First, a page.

Beginnings: Pentecost



Objective: Students should be able to discuss the beginnings of the Christian era, its place in the Roman world, the major players at the first council, the debate about Jews and Gentiles and its conclusion, the foundation of the sacraments of baptism and chrismation.




Begin with a discussion of the phrase “in the fullness of time”:

  1. God had prepared His people, the people of Israel, for the coming of the Messiah. Abraham was chosen out of Ur and led to the Holy Land. His descendants were saved from starvation by Joseph. Moses led the people of Israel out of Egypt and received the Law and the 10 Commandments. Joshua took the land of Israel back from the Canaanites. David, the King, anointed by Samuel the prophet, brought back the glory of Israel and its golden age under his son Solomon with the holy temple. A multitude of prophets through the years called the people back to the Lord and His Law. The prophets foretold the Messiah and, in Jesus, all the prophecies were fulfilled. Have each student, in 5 minutes, take one of these Old Testament greats and prepare to tell his or her story and how he or she fit into the plan of God for His people and His preparation for the ministry of His Son:

Abraham         Joshua             Solomon          The 3 youths in the fire

Joseph             Ruth                Isaiah               Daniel

Moses              David              Jonah

            By the days of the Romans, Jewish immigrants had settled all over the Empire, bringing with them synagogues. At Pentecost, the total population of Jerusalem was about 50,000, but 125,000 pilgrims came for the feast. All Jewish believers hoped to be in Jerusalem for the great feasts. The city was full of colorful crowds, speaking all the languages of the world.


  1. The gods of Rome were found wanting; Jupiter, Juno, Mars, Neptune, etc., with their extensive mythology were capricious and uncaring.  Not even most Romans believed in their gods anymore. Many Greek and Roman people had already heard of the Jewish religion and were interested; some had even been circumcised.


  1. The Roman Empire provided a stable political and cultural climate:

The Empire stretched from Britain to Northern Africa to Syria and Judea. Only Persia and the Germanic tribes remained a factor at the borders. Use your classroom or study Bible map to show the borders of the Empire. A network of roads and postal service covered the entire Empire. Travel had never before been easier. Ask students to compare with earlier transportation and today’s. One language/one culture – educated people everywhere spoke Greek (not Latin); one set of laws, of coinage, of trade made the work of the apostles easier. Jerusalem itself was under Roman rule with a Roman governor and Roman soldiers at the time of Pentecost. Can you locate Jerusalem on your map?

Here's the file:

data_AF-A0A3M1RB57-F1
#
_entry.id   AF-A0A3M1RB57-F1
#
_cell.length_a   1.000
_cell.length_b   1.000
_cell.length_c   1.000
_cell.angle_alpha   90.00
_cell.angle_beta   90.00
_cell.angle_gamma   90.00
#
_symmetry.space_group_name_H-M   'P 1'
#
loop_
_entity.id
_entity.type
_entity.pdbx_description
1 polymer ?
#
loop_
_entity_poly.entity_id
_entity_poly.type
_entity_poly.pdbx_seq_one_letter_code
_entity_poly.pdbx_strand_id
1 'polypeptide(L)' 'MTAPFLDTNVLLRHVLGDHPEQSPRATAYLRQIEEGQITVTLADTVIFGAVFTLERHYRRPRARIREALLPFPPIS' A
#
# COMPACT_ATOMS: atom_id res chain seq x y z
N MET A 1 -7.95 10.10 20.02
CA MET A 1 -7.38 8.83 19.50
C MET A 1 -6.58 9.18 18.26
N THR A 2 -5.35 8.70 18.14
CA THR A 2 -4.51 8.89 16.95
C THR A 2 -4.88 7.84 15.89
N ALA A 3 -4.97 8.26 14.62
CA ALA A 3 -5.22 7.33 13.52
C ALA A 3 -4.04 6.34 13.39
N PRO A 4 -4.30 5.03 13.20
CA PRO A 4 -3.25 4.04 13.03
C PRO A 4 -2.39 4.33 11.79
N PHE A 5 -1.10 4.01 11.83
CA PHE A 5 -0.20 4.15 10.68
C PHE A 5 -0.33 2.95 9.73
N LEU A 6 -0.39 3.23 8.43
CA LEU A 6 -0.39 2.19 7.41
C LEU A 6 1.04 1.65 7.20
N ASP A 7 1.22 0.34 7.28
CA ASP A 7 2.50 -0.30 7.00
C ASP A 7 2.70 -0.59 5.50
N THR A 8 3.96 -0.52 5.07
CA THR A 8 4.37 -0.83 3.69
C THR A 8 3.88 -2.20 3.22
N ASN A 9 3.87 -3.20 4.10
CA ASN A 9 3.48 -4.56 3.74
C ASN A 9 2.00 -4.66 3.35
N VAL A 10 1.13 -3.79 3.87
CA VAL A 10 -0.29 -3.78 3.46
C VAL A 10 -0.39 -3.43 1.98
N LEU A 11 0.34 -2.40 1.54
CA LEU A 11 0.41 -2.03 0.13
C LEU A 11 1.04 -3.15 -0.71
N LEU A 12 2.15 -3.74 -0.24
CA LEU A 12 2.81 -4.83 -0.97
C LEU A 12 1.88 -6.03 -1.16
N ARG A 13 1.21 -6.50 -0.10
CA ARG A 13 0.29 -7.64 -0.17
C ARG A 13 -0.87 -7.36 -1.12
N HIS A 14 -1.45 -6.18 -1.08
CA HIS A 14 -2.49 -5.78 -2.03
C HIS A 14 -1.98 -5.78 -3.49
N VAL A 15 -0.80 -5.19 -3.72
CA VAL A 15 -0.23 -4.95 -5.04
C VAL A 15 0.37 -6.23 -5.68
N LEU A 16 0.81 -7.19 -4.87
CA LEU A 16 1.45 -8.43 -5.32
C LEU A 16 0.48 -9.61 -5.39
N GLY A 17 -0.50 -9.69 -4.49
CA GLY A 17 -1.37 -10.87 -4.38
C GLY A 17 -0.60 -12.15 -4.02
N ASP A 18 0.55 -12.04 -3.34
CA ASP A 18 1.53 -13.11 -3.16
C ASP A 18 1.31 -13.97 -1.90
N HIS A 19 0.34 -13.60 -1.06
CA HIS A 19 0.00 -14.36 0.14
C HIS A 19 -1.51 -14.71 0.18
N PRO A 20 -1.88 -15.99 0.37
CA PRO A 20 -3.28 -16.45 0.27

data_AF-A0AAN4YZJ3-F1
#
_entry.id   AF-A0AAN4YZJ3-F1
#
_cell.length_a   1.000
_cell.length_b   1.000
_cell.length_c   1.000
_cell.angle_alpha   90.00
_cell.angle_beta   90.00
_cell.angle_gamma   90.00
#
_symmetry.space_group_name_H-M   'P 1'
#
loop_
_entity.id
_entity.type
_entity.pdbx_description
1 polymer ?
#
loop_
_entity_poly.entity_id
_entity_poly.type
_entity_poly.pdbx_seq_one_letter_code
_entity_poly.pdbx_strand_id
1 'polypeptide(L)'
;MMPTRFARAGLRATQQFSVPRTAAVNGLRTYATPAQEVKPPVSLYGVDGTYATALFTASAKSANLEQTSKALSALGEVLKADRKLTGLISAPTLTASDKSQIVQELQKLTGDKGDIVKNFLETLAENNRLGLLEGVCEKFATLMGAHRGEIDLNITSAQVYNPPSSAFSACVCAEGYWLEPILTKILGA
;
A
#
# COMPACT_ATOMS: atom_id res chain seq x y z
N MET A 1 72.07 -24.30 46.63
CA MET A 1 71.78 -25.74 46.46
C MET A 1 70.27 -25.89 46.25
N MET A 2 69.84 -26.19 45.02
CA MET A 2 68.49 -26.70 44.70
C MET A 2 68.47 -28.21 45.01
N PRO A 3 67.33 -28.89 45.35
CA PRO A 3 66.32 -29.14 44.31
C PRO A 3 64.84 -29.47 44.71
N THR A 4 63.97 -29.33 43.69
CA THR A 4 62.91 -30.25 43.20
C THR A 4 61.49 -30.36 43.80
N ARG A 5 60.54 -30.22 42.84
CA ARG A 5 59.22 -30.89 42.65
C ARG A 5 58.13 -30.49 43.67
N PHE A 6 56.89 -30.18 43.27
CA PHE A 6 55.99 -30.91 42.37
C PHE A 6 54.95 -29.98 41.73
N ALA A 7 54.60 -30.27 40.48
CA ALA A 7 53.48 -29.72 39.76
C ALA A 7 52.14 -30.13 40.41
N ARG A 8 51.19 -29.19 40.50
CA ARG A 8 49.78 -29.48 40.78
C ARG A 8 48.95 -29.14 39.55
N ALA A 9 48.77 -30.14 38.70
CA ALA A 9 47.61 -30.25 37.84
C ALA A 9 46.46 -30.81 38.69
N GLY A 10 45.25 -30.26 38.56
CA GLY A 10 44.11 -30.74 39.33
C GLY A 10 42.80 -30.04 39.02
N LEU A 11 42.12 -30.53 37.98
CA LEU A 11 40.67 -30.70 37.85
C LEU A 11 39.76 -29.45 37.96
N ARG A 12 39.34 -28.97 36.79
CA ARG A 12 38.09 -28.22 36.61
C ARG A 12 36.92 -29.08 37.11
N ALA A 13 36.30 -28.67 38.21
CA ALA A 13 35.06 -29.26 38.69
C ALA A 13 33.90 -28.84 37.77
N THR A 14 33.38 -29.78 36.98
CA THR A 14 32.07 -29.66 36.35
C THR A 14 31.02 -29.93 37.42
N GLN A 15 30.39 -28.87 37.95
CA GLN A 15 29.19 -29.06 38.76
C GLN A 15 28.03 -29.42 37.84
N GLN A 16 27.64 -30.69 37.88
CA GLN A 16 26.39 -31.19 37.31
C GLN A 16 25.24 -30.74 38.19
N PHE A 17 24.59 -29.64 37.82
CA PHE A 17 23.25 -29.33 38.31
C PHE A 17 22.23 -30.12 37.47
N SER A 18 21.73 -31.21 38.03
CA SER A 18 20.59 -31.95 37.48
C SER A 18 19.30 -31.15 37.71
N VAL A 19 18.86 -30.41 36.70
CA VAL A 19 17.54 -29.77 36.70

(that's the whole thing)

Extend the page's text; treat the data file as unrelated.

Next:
Now consider the arrival of the feast of Pentecost in this milieu:

  1. Review the icon; what do they already understand? The disciples are gathered in the upper room (What last happened there? The Last Supper), in some icons each has a flame above his head (Why?), the book of the Gospels sits in the center, by which the Holy Spirit has revealed the spiritual presence of Christ to the world, the little crowned figure seated in the middle is the world! There is an empty place at the top of the horseshoe formed by the apostles; who will fill this place at the Second Coming? The icon shows only 12 apostles; how many believers were actually there?


  1. Scripture readings: Acts 2:1-8, 14-15, 36-47. Read these out loud in class.



  1. Discussion questions:


What happened at Pentecost? Did the apostles obey Jesus’s commandment to “Go forth and preach”? Who descended?  Who is the Holy Spirit? In what sacrament do we receive the Holy Spirit? (Chrismation) How does the Spirit, God Himself, dwell in us? How can we tell He does – did we see tongues of fire? This is a great mystery, as are all the sacraments.  Why is He called “Comforter”? In our prayer, “O heavenly King” we ask the Holy Spirit to come, why? (Jesus commanded us in Luke 11: 9-13.)

What is speaking in tongues? (speaking in other languages as the apostles did at Pentecost) How is this different from the tower of Babel? (Here we see harmony and subjection to God’s action; there we see confusion and disunity from an attempt by man to reach God by his own means, resulting in hatred, racism, and war.)

Why were there so many Jews in Jerusalem from all over the world at that time (50 days after Passover) anyway? (They are also celebrating Pentecost, the giving of the Law 50 days after Passover on Mt. Sinai; it is also the “Feast of Weeks” and the thanksgiving for the harvest) So the Old Covenant Pentecost, the Law, is supplanted by the New Covenant Pentecost, the Spirit (See Jeremiah 31:31-34).


  1. In what way could Pentecost be called the birthday of the Church? How many people were baptized at Pentecost? Describe the life of the very first Church in Jerusalem from Acts 2:42-47 (already read). Compare and contrast with your experience in your Church today. Read Acts 5:1-11 – why were Ananias and Sapphira punished so severely? Read Acts 6:1-7: What is the role of a deacon today?


Quiz Questions:

  1. Name at least 5 Old Testament characters who helped prepare the Jewish people for the coming of the Messiah.
  2. List at least 5 characteristics of the Roman Empire that made the spread of the Gospel easier.
  3. Name the twelve apostles. How did Matthias join the others?
  4. Answer the who, what, when, where, how of Pentecost.
  5. List at least 3 characteristics of that first Church in Jerusalem.